As I write this column, the S&P 500 was down almost 3 percent from its Friday close -- or, for the optimists in the room, up more than 2 percent from its morning bottom. One is tempted to send the market a gentle note inviting it to really spend some time getting to know itself, maybe work through some issues in therapy, channel its highs and lows in a productive direction.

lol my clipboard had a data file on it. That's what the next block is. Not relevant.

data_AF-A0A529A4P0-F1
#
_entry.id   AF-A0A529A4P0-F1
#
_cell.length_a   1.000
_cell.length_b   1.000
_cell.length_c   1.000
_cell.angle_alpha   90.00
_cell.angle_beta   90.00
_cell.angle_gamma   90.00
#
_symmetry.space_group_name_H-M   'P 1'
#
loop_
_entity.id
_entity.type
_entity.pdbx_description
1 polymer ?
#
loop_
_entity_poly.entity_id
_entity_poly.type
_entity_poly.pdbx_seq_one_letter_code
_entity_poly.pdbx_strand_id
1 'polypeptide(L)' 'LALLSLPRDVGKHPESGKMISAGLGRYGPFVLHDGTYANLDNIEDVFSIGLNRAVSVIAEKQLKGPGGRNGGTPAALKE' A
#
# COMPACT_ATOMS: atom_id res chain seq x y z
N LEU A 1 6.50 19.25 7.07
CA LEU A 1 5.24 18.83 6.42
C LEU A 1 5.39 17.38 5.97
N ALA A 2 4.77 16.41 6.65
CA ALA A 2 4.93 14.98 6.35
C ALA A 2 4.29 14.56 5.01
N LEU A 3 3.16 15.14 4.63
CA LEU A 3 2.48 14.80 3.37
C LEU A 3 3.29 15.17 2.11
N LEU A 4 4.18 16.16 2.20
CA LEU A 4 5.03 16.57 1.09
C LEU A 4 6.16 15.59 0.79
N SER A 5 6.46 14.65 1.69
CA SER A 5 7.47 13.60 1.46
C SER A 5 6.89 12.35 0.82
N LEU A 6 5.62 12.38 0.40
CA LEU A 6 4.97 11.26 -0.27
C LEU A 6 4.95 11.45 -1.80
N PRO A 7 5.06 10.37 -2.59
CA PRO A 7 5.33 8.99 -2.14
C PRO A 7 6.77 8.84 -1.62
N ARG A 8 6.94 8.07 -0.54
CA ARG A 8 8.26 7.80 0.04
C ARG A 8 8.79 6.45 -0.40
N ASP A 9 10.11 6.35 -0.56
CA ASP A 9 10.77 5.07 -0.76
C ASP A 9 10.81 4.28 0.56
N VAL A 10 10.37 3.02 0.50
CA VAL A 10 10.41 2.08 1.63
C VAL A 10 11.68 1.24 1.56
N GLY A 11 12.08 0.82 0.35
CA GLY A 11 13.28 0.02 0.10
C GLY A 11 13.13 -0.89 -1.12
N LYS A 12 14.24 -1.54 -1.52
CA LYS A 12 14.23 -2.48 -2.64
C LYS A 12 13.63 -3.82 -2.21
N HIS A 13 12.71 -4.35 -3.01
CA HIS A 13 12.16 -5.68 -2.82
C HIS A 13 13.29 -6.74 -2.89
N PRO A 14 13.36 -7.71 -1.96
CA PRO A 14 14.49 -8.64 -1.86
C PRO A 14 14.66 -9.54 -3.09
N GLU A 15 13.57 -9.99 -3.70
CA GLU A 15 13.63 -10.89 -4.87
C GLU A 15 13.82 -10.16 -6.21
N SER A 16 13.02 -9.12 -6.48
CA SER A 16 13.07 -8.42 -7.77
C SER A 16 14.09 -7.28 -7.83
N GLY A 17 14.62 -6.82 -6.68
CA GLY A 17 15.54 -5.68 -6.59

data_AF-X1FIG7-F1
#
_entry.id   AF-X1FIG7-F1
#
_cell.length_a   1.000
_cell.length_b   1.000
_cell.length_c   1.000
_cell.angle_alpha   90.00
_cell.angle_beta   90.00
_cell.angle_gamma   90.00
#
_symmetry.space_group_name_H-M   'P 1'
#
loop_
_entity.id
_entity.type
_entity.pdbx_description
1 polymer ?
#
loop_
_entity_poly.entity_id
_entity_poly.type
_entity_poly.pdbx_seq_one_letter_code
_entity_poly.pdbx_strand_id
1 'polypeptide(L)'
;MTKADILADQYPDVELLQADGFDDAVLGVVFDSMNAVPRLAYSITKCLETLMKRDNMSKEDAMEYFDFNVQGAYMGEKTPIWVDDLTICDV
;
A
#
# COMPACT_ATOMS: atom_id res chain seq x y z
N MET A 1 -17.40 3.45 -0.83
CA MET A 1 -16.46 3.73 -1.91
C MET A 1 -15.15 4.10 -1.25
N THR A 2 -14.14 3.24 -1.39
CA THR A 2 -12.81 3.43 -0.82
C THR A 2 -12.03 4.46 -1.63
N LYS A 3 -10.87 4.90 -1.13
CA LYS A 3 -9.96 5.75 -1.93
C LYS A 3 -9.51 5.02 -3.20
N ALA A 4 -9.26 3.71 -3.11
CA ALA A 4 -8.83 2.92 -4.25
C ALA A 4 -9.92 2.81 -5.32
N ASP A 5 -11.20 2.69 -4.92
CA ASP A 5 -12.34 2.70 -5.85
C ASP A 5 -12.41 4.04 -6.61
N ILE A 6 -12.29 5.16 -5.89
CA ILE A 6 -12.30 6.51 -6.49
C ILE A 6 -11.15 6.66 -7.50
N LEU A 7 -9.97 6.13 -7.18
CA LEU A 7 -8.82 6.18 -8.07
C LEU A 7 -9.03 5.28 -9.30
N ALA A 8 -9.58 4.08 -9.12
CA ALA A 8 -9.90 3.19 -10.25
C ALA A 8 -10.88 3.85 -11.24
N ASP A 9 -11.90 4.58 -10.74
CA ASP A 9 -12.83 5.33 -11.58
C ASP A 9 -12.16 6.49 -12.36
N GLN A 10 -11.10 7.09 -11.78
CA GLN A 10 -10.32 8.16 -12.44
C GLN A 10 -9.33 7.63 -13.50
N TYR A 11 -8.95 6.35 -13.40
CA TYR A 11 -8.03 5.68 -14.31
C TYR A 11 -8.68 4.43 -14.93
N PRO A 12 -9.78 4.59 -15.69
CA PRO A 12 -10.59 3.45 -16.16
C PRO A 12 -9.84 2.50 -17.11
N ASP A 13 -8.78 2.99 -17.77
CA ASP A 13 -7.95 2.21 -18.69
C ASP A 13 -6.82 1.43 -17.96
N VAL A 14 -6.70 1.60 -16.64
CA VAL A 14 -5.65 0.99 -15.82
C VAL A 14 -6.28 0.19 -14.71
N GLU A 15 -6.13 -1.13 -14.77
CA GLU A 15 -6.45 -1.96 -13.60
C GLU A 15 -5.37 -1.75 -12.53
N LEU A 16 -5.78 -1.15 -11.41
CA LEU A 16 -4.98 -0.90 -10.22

The proximate cause of this chaos is the meltdown in the Chinese stock market, which has prompted a global selloff in financial markets. You financial pros probably have a lot of important questions. Does this herald a Chinese recession, and if so, what does that mean for the rest of the world's major economies? If America's economy slows down, how much room will the Fed have to loosen after seven years of holding interest rates to the zero lower bound? What does this tell us about the limits of both fiscal and monetary policy in the face of long-term real shocks and structural weaknesses in the underlying economy?